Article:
Saul Marquez: [00:13:00] I think that’s really you you’ve got a really interesting and very interesting is not the word human way of taking care of this. You’ve obviously given the topic a lot of thought. You do something over and over again it becomes part of your identity. And so how do you deconstruct this system in such a way that helps treat people as people. And I think you guys have done a really beautiful job of that where you’re at. What would you say an example of how this has helped families recently.

Michael Fratkin: [00:13:34] Well I can say to say that last week in Cary for a guy youngish man the long history of addiction and very serious had cancer it was estranged from his family. We connected and four members of his family in four different locations in the U.S. to talk it through he hadn’t seen their faces or over eight years. We walked through we talked it through and let them know that his addiction was a big part of what was challenging his cancer care how he really needed the support. And so within three days his sister who is now provide caregiving with she’s provided a structure that will get him out of the hospital and then will complete his cancer care program. His cancer treatment a new cancer treatment and then as he recovers from that we expect to help him relocate and resell it to his favorite Bacchis without the technology. There is no family meeting totally. There is no talking through the complexities of issues facing and. Trying to find its way at his family. And so using this video conferencing technology we were able to do something simple and it wasn’t. How great is the technology how it works. All I know is that I could set it up and how human conversations with human beings are seamlessly.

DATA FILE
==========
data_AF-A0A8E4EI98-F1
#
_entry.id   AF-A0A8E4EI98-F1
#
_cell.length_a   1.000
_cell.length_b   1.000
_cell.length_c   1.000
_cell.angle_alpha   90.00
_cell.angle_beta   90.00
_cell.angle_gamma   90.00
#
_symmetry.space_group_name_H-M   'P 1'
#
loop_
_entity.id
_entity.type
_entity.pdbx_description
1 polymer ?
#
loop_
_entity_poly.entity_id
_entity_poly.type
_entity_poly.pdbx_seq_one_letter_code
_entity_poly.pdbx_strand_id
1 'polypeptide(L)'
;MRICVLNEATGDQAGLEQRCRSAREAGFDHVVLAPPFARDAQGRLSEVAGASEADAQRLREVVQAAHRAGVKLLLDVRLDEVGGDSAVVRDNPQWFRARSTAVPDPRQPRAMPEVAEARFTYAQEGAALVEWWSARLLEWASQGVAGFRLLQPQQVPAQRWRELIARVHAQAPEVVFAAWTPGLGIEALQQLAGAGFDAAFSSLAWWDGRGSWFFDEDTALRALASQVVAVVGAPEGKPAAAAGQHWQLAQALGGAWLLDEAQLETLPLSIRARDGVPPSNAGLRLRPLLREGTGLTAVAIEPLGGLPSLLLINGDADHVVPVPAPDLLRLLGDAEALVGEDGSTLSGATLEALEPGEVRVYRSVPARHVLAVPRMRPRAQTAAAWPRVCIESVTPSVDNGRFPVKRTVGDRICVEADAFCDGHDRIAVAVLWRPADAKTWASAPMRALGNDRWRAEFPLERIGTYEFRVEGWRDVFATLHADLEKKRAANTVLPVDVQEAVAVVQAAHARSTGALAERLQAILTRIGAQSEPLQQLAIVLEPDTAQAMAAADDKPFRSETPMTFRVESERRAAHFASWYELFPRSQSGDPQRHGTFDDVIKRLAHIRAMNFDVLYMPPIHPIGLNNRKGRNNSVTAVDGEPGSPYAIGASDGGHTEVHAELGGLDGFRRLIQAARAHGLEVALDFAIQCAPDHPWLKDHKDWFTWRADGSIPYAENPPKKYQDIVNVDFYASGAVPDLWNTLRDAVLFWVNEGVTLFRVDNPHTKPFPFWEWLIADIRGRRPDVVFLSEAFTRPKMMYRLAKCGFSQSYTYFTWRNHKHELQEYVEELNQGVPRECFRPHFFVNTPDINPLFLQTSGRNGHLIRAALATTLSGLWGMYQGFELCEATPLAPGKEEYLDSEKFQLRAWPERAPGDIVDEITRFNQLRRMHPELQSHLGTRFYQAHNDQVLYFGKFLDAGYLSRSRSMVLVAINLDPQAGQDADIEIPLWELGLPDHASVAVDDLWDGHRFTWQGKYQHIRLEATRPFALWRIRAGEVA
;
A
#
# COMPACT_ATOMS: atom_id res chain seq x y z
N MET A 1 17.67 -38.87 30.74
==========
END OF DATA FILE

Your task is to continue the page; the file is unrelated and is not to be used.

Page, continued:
Saul Marquez: [00:15:11] Yeah I think that’s really important. This is such a wonderful story. Super happy to hear that this gentleman was able to reunite with his family and now on a road of recovery. Whereas before hey you know what could have happened to him. You know I think it’s likely.

Michael Fratkin: [00:15:27] He said without our support all the way over this last month he couldn’t have completed his cancer treatment because he was too socially behaved really burdened by his homelessness and ongoing drug abuse. It took our advocacy are holding hands together. And what could well be cured cancer treatment could translate just by working with all the social determinants of health getting it from place to place getting fat getting in house and all of this can translate into 20 30 40 years of life and with a little luck may surprise us too.